Like most Guyanese, Neil Marks lives on the vulnerable coastland of Guyana, South America, a short distance away from a rainforest teeming with untold biodiversity that is of immense importance to global efforts against climate change. Marks has covered tourism, environment and climate change stories for both print and electronic media over the past decade.
Posts by Neil Marks
Guyana’s President Bharrat Jagdeo arrives in Cancún, Mexico this week to join the tortuous UN climate talks and press the case that any “balanced” outcome must include a final decision on REDD, the idea that rich countries should pay poor countries to keep the forests standing.»
President of Guyana Bharrat Jagdeo says he is looking for a “good” Copenhagen climate deal that would involve paying countries for reducing deforestation and forest degradation (REDD) or in Guyana’s case, maintaining low rates of deforestation.
Jagdeo has been a leading voice in the call for a REDD agreement in a new global deal to save the planet from catastrophic climate change, but groups this week expressed concern that the draft REDD text cites poor controls on governance and protecting the rights of indigenous peoples, among other issues.
Progress has been slow, negotiators from rich and poor countries agree, but they are not done fighting yet on what should and should not come out of new global agreement to save the planet. Case in point: common but differentiated responsibilities. Under the current United Nations Framework on Climate Change (UNFCCC), the parties adopted a principle that basically blames the climate change problem on rich countries, whose industrial development spread harmful greenhouse gases in the air. Under the “common but differentiated responsibilities” principle, poor countries were not placed under pressure to cut emissions, because they were not major contributors of the problem.»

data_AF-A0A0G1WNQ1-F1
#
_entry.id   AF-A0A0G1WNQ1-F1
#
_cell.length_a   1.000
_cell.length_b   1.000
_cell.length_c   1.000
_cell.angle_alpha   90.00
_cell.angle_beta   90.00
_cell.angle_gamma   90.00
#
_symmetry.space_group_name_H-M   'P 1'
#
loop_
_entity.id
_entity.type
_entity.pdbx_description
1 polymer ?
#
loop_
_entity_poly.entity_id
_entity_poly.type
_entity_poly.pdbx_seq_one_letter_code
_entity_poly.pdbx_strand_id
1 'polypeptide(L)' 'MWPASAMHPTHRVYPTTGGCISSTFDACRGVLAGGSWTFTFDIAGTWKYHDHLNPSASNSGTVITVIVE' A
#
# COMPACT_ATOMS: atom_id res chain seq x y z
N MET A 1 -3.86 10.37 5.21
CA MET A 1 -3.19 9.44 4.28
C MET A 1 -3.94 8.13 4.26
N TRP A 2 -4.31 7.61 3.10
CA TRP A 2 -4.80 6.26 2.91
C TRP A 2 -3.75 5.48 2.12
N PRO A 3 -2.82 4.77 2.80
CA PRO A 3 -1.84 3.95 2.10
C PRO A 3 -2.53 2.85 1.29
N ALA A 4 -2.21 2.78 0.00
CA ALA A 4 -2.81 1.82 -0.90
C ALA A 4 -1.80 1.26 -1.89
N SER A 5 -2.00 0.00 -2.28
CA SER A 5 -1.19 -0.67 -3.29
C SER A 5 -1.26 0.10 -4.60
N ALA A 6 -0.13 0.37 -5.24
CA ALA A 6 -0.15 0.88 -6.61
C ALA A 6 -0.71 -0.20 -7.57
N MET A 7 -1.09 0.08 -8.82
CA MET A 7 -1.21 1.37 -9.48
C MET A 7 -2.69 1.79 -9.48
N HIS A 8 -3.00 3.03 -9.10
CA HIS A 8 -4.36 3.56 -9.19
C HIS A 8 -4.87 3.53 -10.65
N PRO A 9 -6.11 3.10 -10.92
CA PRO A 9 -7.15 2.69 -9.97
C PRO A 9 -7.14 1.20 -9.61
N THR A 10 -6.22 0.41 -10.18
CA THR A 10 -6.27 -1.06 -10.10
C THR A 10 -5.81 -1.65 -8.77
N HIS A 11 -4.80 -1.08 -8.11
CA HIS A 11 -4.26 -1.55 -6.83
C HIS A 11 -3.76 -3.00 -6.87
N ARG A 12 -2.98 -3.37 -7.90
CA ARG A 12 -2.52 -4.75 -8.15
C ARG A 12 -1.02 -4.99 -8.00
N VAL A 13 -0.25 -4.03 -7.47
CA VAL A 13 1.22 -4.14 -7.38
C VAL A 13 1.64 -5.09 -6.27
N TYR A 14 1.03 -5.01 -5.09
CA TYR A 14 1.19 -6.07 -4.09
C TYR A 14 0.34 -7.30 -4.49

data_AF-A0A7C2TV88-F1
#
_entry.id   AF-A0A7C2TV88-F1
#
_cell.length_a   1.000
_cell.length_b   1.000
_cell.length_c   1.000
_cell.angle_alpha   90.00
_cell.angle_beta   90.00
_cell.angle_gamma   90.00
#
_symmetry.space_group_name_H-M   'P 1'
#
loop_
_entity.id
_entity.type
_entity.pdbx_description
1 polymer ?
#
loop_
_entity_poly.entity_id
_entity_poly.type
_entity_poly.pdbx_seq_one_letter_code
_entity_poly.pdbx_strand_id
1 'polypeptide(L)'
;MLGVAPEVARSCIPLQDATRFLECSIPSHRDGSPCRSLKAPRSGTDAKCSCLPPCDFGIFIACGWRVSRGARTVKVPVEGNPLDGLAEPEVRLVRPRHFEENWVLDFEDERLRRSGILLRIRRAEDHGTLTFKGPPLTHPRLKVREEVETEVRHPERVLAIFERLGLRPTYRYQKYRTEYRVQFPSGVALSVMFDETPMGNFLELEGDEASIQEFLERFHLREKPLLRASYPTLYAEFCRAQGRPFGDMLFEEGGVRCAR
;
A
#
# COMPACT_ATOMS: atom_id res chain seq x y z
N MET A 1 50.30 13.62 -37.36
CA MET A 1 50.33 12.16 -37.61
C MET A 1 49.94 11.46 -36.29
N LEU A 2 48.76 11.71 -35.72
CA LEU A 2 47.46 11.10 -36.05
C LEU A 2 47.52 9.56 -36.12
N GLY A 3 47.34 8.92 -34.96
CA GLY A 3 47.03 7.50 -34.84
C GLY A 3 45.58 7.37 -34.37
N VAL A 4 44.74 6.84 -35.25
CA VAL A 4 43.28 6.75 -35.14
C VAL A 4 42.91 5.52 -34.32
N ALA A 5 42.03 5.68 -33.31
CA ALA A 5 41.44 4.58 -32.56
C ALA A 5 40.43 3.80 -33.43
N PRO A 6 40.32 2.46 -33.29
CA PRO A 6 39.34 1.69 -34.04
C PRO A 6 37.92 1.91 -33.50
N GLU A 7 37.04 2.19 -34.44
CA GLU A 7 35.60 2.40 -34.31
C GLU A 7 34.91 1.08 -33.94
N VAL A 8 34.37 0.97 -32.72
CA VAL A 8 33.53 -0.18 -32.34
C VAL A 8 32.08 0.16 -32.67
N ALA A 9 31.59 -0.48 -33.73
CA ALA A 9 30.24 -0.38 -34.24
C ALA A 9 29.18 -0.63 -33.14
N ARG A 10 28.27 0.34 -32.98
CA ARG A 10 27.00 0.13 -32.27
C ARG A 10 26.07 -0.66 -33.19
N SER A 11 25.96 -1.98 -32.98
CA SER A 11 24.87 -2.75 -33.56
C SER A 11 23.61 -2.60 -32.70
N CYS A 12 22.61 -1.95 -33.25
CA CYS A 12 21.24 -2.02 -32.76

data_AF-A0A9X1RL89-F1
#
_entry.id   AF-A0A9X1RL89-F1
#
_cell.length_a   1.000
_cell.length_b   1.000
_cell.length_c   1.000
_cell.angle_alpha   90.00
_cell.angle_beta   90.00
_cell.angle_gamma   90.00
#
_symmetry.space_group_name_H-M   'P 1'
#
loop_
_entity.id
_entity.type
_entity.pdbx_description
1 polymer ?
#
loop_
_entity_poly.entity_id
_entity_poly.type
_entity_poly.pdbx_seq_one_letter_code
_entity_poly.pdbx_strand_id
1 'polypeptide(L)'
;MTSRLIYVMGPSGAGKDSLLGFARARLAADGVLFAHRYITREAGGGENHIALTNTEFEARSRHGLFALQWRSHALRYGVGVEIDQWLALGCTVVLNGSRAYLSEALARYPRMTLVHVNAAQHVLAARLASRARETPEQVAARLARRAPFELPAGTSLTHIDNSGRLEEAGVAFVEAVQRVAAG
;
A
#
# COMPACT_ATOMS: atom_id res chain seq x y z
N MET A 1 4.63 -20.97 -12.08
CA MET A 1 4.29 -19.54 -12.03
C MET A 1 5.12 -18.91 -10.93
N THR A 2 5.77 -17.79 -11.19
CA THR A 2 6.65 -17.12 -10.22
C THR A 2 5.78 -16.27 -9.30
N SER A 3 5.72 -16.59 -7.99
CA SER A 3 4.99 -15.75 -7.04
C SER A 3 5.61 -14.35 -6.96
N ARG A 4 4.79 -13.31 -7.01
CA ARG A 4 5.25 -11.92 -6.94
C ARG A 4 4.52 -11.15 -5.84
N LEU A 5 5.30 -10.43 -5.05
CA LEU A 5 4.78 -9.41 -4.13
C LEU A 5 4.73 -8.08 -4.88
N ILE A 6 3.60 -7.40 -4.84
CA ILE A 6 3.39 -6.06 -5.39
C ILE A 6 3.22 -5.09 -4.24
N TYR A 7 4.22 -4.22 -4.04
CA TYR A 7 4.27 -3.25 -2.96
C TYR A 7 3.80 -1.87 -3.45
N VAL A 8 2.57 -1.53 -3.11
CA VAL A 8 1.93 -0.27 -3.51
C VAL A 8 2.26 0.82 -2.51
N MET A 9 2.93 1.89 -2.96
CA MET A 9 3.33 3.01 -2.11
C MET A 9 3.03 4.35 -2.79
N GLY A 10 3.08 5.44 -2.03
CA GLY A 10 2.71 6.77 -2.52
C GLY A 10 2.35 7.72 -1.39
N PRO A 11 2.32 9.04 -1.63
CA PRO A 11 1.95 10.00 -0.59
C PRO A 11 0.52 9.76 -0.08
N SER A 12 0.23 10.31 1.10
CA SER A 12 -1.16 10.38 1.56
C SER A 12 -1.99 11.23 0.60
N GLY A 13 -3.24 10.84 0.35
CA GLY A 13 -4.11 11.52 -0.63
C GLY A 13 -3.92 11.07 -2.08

The UN climate chief Yvo de Boer spread further uncertainty that the Copenhagen climate change summit would produce a new legally binding agreement to make the planet cooler. “Nobody knows what the outcome of this conference will be,” said de Boer at a midday news conference at the Bella Centre Thursday.
This follows Wednesday’s quandary when the small island state of Tuvalu was handed a suspension of the negotiations it demanded over a quarrel among developing countries.
Norway agreed Monday to pay Guyana up to $250 million by 2015 to preserve forests as part of a scheme to slow climate change. Norway, which has led donor nations in slowing tropical deforestation with a budget of 3 billion Norwegian crowns ($530 million) a year, said it wanted to help Guyana maintain forests that cover 75 percent of its land.»
World Forestry Congress calls on negotiators of a new global climate change deal to include a mechanism to reward countries which keep forests standing.»